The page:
BS EN 9278:2018 pdf download

BS EN 9278:2018 pdf download

BS EN 9278:2018 pdf download.Aerospace series – General Principles of Obsolescence Management of chemicals, materials and processes
1 Scope
Obsolescence is a significant risk factor for an organisation and/or a programme activity regarding the continuity of productions, services and maintenance in operational conditions of equipments and systems. It can appear in any phase of the product life cycle. Thus it is essential that the organisation determines the best strategy to be implemented in order to control these risks, implying its customers and suppliers in the definition of this strategy.
This recommendation is a document meant to be used as guidelines, for an organisation and/or a given programme, for the implementation of a coordinated management process of obsolescence risks related to chemical products and to their effects on products, especially on materials, processes and mechanical
Can be subject to obsolescences:
一all categories of equipments as well as their components;
一materials and processes used to produce, operate or maintain a product;
一all that can be bought, manufactured, repaired, be it done internally or externally;
一means of production, test and maintain.
This document excludes obsolescences related to electronic components and softwares (for more information on that subject, see EN 62402).
4 Objectives of the obsolescence management process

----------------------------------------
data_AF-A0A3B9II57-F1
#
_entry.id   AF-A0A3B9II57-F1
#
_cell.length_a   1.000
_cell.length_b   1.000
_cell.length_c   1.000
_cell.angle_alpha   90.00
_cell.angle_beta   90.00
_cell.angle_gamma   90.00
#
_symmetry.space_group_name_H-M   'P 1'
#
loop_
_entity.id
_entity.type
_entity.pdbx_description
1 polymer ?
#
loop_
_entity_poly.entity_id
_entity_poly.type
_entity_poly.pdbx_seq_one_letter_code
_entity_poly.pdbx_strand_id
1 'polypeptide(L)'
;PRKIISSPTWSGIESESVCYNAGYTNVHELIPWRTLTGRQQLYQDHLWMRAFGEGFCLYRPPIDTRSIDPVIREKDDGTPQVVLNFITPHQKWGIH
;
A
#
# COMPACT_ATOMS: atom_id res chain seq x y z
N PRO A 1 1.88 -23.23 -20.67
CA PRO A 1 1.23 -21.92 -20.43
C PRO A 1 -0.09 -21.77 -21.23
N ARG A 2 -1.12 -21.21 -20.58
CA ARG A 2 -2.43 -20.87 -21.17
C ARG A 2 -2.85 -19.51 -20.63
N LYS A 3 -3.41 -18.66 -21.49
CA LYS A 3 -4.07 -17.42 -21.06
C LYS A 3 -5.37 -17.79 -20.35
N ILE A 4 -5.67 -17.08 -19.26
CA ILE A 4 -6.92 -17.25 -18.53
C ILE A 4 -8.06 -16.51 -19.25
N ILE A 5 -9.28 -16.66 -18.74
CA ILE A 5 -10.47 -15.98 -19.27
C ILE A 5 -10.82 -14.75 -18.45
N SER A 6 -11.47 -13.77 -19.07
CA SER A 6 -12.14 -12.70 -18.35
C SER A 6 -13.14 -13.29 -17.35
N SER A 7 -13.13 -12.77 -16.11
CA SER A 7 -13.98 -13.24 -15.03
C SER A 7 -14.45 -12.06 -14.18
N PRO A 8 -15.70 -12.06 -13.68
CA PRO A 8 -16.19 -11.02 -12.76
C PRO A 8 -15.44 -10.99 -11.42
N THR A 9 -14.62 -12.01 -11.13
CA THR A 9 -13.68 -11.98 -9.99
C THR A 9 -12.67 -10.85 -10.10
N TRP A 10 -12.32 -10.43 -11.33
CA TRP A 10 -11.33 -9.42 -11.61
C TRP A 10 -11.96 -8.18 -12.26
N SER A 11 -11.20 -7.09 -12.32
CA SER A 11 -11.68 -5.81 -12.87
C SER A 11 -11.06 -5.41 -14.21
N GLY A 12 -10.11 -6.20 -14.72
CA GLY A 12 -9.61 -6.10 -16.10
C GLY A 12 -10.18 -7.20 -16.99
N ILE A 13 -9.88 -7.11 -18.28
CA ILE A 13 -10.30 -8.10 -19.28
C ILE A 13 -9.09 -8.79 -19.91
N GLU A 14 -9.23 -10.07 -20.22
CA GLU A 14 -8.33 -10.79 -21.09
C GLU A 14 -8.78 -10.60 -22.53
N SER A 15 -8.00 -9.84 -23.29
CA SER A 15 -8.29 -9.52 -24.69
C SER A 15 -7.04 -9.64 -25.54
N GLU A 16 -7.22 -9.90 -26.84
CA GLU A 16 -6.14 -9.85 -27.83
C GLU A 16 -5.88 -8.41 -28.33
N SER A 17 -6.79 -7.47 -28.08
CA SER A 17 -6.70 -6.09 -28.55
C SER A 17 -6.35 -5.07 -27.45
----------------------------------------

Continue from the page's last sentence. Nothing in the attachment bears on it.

The aim of this process is to ensure that the product, subject of the programme, can be manufactured and supported throughout its life cycle (maintenance, spares, reparations, etc.). It enables to anticipates obsolescences and minimise their impact and their cost on the products of the organisation (actual and in the near future). The process consists in scheduled and coordinated actions intended to ensure the availability of a product during its operating life, through technically and economically practicable means of replacement. The process shall include the strategic vision of the operators of the supply chain (this vision can differ from an operator to another), the organisation-supplier balance of power (suppliers’ certification) as well as global environment (media pressure, brand image). All the actors of the supply chain are responsible for obsolescence management throughout the life cycle of a finished product with regards to customers or users. In particular, a purchaser shall state to his suppliers the requirements to which he shall himself comply. However, beyond these considerations, the key of obsolescence management is the circulation of information so that information received by any operator of the organisation, programme or supply chain can be reported, centralised in one unique focal point, and then treated, analysed, made used of and finally passed on at programme or service levels. The aim of this process is to give priority as far as possible to proactive treatment above reactive treatment (endured).